Briefly noted: Selective Serotonin Reuptake Inhibitors (SSRIs) and Linear Growth

CA Calarge et al. J Pediatr 2018; 201: 245-51. This study analyzed data from 4 separate trials with a total of 267 boys treated with risperidone.  In this cohort, 71% had taken an SSRI.

Key finding: The duration and cumulative dose of SSRI was inversely associated with height z score, especially during Tanner 3 and 4 stages.  The effect was approximately 1 cm for every year of treatment.

The authors speculate that SSRIs could “alter serotonin signaling, which is known to control GH secretion.”

My take:

  1. This study shows an association between SSRIs and linear growth but it remains unclear if this affects adult height (could postpone growth).
  2. This potential adverse effect needs to be considered in the clinical picture of the severe impairment and distress that can occur due to untreated depression and anxiety.

Related blog post: Brave New World: Psychotropic Manipulation and Pediatric Functional GI Disorders

Lake Louise, Banff

Use of Antidepressant Medications to Treat Recurrent Abdominal Pain

A recent study (C AM Zar-Kessler et al. JPGN 2017; 65: 16-21) retrospectively reviewed a single center’s 8 year experience (2005-2013) using antidepressant medications to treat nonorganic abdominal pain. Of 531 cases, 192 initiated treatment with either a selective serotonin reuptake inhibitor (SSRI) or a tricyclic antidepressant (TCA).

Key findings:

  • 63 of 84 (75%) of SSRI-treated patients improved; 56 of 92 (61%) of TCA-treated patients improved.  The higher response rate to SSRIs persisted after control for psychiatric factors.
  • A much higher percentage of SSRI-treated patients, compared to TCA-treated patients, had anxiety (49% vs 22%); an additional 15% and 5%, respectively, had combined anxiety/depression.
  • The most common SSRI in this study was citalopram with median dose of 10 mg (range 5-60 mg).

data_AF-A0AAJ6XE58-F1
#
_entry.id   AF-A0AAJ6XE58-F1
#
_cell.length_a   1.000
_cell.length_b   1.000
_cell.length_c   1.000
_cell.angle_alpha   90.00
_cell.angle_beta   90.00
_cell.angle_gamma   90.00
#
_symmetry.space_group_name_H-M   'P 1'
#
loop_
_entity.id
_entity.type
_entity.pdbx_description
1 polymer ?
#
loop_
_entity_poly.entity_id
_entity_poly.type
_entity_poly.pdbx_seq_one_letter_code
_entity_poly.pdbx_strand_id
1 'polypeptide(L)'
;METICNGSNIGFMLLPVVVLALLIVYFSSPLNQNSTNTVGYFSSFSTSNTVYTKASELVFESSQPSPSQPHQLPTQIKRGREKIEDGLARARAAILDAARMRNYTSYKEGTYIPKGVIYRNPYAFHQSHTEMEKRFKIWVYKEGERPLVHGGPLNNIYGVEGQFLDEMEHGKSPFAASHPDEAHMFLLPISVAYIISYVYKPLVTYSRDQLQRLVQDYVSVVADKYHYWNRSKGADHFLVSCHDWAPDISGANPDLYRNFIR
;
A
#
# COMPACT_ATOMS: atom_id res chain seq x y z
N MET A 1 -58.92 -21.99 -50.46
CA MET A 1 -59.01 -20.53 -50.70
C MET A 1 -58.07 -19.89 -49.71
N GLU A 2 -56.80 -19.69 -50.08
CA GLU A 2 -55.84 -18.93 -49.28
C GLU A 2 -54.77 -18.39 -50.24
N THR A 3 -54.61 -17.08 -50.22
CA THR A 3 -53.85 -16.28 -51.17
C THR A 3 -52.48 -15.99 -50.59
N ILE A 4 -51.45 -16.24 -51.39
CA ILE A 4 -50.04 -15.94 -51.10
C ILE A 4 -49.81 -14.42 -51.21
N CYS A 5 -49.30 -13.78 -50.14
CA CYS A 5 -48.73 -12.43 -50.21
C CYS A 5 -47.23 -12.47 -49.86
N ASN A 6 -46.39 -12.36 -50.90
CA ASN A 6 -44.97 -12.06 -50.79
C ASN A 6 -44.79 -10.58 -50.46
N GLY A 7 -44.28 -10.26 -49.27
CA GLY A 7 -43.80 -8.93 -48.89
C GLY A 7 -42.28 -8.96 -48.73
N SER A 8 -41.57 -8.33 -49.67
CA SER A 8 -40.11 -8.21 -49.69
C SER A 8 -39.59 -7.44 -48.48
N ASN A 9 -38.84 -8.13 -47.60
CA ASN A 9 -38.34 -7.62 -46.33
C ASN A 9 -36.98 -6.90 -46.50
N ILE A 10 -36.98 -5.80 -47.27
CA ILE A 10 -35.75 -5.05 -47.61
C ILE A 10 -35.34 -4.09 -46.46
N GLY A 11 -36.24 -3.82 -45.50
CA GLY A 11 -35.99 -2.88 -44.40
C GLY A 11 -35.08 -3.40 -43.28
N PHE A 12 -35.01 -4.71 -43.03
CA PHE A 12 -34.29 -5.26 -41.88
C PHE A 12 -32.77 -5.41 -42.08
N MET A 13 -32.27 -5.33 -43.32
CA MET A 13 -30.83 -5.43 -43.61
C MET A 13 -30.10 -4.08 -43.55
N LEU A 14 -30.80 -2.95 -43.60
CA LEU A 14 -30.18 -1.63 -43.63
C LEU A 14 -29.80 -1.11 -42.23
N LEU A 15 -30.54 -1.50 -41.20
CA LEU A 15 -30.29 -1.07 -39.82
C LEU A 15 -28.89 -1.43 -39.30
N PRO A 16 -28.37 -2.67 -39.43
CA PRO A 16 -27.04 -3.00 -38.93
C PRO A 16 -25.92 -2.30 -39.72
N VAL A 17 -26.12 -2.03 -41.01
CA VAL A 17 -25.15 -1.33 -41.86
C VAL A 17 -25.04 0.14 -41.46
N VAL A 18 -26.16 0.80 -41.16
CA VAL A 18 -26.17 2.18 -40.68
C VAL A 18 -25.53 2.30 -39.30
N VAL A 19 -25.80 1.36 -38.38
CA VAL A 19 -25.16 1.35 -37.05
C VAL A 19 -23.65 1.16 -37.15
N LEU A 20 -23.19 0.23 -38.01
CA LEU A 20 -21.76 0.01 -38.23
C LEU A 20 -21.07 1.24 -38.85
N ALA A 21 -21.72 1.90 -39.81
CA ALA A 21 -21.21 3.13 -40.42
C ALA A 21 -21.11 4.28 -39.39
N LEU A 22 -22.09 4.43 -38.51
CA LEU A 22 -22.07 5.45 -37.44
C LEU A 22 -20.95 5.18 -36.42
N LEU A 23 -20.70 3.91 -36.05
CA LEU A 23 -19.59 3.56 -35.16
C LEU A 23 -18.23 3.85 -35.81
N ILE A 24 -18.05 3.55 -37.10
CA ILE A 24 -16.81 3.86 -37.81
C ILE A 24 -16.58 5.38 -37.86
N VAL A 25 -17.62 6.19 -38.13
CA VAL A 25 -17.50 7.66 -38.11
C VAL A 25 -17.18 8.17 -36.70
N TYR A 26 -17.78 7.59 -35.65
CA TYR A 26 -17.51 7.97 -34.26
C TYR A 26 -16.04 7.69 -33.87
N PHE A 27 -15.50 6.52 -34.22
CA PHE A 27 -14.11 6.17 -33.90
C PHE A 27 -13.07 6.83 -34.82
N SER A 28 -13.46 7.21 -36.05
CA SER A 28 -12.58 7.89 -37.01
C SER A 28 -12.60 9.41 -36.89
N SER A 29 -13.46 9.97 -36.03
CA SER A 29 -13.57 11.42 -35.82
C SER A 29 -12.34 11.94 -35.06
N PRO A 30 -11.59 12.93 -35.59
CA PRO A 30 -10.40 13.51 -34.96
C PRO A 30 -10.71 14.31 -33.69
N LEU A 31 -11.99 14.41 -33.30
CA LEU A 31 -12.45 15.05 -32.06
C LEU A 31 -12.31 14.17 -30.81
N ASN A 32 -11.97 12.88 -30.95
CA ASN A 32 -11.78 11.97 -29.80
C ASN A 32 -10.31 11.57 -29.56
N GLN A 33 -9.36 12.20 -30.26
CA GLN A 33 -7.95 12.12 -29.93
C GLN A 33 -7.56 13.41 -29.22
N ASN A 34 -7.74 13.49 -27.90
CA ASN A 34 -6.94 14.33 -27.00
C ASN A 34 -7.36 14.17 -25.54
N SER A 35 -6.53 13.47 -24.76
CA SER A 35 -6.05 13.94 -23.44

• The most common TCA in this study was nortriptyline with median dose of 20 mg (range 10-50).
  • Similar numbers of patients in each group had adverse effects, include 21 (25%) of SSRI-treated patients and 20 (22%) of TCA-treated patients.  14% of SRRI-treated patients discontinue medication due to adverse effects, compared with 17% of TCA-treated patients.
  • Mood disturbances were higher in this study among TCA-treated patients: 14% compared with 6% of SSRI-treated patients
  • TCAs were prescribed by gastroenterologists in 88% of cases; with SSRIs, only 39% of prescriptions were from gastroenterologists.

In the discussion, the authors note that “all patients who experienced GI adverse effect were prescribed medications that would worsen their underlying bowel complaint…these issues may have been mitigated if more attention was paid” to this.  “Specifically, TCAs should be used cautiously in those with constipation, whereas SSRIs should be avoided in those with diarrhea.”

My take: This study shows that both classes of antidepressants were associated with improvement.  The conclusions about effectiveness are limited as this is a retrospective study and could not control/evaluate many variables. That being said, particularly if there is coexisting anxiety, as was frequent in this study population, a SSRI may be more effective.

Related blog posts:

Disclaimer: These blog posts are for educational purposes only. Specific dosing of medications (along with potential adverse effects) should be confirmed by prescribing physician.  This content is not a substitute for medical advice, diagnosis or treatment provided by a qualified healthcare provider. Always seek the advice of your physician or other qualified health provider with any questions you may have regarding a condition.

Tynn Church, Prague

 

Don’t Skip this Article -Rome IV Summary